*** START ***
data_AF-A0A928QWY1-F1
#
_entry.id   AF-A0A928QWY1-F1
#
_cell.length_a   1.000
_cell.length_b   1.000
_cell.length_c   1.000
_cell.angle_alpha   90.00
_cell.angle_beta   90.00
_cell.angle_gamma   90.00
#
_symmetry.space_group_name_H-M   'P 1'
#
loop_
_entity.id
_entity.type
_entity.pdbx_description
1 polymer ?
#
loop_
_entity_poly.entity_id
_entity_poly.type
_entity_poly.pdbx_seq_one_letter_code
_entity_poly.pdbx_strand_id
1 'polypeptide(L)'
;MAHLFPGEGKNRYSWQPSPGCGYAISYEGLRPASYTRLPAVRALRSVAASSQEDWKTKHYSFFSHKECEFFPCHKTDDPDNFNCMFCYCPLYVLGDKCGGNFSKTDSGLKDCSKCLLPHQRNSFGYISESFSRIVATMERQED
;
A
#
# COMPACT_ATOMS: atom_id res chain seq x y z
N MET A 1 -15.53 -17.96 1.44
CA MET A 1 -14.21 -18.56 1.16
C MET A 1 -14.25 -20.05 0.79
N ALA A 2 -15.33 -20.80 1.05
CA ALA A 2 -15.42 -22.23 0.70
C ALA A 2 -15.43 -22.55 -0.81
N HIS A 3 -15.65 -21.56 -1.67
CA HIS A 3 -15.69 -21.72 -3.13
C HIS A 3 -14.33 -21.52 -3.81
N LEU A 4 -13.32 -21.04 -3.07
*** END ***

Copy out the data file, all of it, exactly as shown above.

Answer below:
data_AF-A0A928QWY1-F1
#
_entry.id   AF-A0A928QWY1-F1
#
_cell.length_a   1.000
_cell.length_b   1.000
_cell.length_c   1.000
_cell.angle_alpha   90.00
_cell.angle_beta   90.00
_cell.angle_gamma   90.00
#
_symmetry.space_group_name_H-M   'P 1'
#
loop_
_entity.id
_entity.type
_entity.pdbx_description
1 polymer ?
#
loop_
_entity_poly.entity_id
_entity_poly.type
_entity_poly.pdbx_seq_one_letter_code
_entity_poly.pdbx_strand_id
1 'polypeptide(L)'
;MAHLFPGEGKNRYSWQPSPGCGYAISYEGLRPASYTRLPAVRALRSVAASSQEDWKTKHYSFFSHKECEFFPCHKTDDPDNFNCMFCYCPLYVLGDKCGGNFSKTDSGLKDCSKCLLPHQRNSFGYISESFSRIVATMERQED
;
A
#
# COMPACT_ATOMS: atom_id res chain seq x y z
N MET A 1 -15.53 -17.96 1.44
CA MET A 1 -14.21 -18.56 1.16
C MET A 1 -14.25 -20.05 0.79
N ALA A 2 -15.33 -20.80 1.05
CA ALA A 2 -15.42 -22.23 0.70
C ALA A 2 -15.43 -22.55 -0.81
N HIS A 3 -15.65 -21.56 -1.67
CA HIS A 3 -15.69 -21.72 -3.13
C HIS A 3 -14.33 -21.52 -3.81
N LEU A 4 -13.32 -21.04 -3.07